Just kidding! Come on, radio is here to stay. But, podcasts are getting more and more weight in the figures in 2019. From a listener point of view, radio is not dead of course. Let’s talk clearly for a minute. An actual business analysis makes us think that radio is very much alive, that its future is bright and that the credibility of the medium is amazingly strong in comparison with the internet news outlets.

Radio Days Europe has gathered this year in Lausanne the most important actors of the radio industry, alongside a more and more important class of new players: the podcasters whether they belong to media groups or come up with a brand new start-up philosophy, aimed at hacking the old vertical distribution from the mass media operator to the big crowds in their personal cars or listening to radio programmes on a FM/DAB+ receiver.

Monday, Paul Keenan, the CEO of the gigantic radio group Bauer Media UK (Kiss, Magic, Jazz FM, Kerrang!, Absolute…) which reaches 22 million people every day in Great Britain and Northern Ireland, painted a quite positive picture for the future of the medium. So no, radio is not dead. On the contrary, radio is alive and kicking and will reach new targets by reinventing itself with podcasts for instance. Podcasts are just multiplying each day, making our audio medias more important than ever.

One strong opponent to the « linear » commercial-oriented speech of Paul Keenan could be the Swedish radio executive Cilla Benkö, seen and heard on the « Radio Summit » Monday at the main auditorium of the SwissTech convention center of the EPFL campus in the afternoon. Cilla is a major actress of the pubic radio broadcasting sector in Europe through her executive tasks at Sveriges Radio, the Swedish public radio organisation and through her role at the EBU, she also has a vision about her media group that reasserts the power of public radio in her homecountry. Sweden, a place that is very lively for radio and digital offers. Spotify comes from there and music radio brands like NRJ florish.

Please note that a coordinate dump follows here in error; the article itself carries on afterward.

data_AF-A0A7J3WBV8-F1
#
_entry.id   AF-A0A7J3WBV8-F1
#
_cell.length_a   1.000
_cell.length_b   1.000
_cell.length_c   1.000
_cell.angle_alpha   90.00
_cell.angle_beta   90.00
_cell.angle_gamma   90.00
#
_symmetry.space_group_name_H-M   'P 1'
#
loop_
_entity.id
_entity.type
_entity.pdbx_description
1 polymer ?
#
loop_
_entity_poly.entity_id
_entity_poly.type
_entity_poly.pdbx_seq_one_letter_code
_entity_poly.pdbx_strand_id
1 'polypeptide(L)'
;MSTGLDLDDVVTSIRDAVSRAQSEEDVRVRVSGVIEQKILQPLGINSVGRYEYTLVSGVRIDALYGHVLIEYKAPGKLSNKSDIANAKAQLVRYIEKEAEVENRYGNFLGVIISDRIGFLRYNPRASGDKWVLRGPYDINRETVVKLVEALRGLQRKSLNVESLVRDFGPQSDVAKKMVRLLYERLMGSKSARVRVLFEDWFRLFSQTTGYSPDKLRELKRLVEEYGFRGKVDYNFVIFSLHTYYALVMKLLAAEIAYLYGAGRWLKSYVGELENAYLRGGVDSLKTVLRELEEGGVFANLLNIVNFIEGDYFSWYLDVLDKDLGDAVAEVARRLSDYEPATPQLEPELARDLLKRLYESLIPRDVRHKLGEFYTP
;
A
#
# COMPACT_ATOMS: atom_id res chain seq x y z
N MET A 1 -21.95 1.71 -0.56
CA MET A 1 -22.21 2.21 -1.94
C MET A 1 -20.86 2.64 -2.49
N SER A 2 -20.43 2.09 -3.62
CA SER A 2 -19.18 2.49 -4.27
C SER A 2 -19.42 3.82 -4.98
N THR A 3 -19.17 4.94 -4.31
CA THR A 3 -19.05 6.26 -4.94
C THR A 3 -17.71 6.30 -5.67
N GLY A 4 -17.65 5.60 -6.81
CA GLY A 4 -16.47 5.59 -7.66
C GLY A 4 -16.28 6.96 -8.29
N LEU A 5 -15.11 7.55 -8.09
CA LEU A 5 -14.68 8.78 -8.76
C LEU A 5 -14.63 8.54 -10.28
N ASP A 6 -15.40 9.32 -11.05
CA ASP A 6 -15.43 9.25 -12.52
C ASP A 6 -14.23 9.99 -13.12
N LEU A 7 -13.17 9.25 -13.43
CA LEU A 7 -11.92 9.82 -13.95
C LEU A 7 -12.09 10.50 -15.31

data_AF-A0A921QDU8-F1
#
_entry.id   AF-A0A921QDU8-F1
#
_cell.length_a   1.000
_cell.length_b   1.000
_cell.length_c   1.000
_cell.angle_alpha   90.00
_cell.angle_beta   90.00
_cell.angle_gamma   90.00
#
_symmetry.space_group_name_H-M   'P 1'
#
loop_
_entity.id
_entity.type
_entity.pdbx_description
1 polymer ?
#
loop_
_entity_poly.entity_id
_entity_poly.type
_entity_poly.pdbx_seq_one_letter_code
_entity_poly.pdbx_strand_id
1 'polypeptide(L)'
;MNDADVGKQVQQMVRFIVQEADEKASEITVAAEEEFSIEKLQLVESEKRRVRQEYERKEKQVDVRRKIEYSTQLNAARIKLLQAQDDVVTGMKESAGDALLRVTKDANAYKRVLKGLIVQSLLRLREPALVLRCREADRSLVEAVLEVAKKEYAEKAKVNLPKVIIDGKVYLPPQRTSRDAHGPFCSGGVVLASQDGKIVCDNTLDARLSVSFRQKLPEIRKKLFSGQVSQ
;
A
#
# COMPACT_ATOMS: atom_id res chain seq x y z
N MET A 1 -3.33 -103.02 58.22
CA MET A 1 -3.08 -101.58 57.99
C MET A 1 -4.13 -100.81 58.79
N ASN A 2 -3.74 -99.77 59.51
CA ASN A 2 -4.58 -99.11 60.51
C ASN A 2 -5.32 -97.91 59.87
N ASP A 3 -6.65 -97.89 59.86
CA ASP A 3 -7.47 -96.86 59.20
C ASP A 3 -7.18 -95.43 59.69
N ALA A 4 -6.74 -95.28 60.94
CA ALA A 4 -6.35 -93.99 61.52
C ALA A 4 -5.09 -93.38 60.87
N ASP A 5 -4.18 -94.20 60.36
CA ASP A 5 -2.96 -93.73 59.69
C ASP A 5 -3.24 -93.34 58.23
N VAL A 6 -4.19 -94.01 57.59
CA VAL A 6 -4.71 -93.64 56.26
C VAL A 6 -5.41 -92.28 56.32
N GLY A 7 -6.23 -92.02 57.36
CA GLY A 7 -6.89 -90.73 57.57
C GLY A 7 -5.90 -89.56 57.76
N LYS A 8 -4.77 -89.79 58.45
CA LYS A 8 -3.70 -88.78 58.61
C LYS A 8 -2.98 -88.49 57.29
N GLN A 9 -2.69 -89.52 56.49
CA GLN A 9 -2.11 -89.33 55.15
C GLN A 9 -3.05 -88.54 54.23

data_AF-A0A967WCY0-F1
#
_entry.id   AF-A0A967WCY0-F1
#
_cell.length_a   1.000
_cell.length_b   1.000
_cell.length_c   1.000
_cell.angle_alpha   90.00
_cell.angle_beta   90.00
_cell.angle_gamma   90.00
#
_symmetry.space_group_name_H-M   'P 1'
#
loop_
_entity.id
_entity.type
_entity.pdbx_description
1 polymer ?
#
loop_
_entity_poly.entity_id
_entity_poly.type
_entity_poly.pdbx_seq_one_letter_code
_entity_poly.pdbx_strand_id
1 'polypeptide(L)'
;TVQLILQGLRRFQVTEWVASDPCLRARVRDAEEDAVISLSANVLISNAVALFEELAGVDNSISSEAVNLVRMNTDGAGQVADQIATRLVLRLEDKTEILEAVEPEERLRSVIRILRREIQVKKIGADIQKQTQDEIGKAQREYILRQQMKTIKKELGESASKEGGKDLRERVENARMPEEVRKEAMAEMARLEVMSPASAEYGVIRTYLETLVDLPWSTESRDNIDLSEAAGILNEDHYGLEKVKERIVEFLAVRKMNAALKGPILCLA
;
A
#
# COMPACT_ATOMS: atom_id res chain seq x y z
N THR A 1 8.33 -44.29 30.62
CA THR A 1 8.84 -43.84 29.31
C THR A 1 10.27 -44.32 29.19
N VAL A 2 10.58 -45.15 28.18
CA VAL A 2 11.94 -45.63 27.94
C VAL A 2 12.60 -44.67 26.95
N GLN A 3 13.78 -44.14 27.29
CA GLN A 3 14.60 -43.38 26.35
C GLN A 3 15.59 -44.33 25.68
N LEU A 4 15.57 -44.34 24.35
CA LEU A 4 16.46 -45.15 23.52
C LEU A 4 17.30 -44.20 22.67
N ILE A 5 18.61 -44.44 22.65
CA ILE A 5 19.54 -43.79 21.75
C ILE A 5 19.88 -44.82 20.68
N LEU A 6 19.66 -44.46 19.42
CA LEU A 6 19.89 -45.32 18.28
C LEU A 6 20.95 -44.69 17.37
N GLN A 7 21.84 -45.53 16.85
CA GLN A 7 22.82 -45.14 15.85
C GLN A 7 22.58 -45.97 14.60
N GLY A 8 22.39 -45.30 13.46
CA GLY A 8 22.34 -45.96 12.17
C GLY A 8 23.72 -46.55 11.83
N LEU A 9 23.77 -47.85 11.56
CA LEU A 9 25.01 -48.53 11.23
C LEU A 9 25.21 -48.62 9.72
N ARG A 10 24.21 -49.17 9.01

In many countries, revenues from the radio programmes and products from the private sector improve, in Sweden, audio advertising revenues topped 1 billion swedish Crowns in 2018 for the first time, having gained over the last five years 77 per cent in growth according to figures displayed by Paul Keenan and a lot more european places have actually known the same phenomenon.

Denmark has announced that it was going to limit competition between the private and the public sectors, in fact the danish government recognizes that both sectors have a public duty. That is what the Director General of the Swedish radio thinks too. Here’s a seven minute audio interview with her in English.

On another scale, what is definitely new to the radio world is that the development of the reach of many stations could be really spectacular, as long as both private and public sectors are taking the « podcast frenzy » seriously. Which means managing a strategy that implies both production and distribution of an alternative podcasting offer, native and evergreen preferrably, without the exact same codes of the on-air production style. I met with Carine Fillot who launched her start-up Hack The Radio a few years back. That very skilled former radio producer for Radio France and Lagardère became the one and only independent podcasting platform that curates the shows all around the francophone spectrum (public and private radio outlets as long as indie podcasters), it became The target is obviously the « radio lovers » but who knows, she might appeal to a brand new population of « podcasts lovers » who did not turned yet to the « old radio companion » as the Americans would love to say. Carine Fillot intervened as a special guest within a conference called « Reinventing Radio in a SMART way ». Here’s what she does with, a sort of « Netflix for podcasts » with a reasonnable pricing policy, a fair one too for the small podcasts producers. Here’s Carine in French, sorry if you can’t google translate that piece.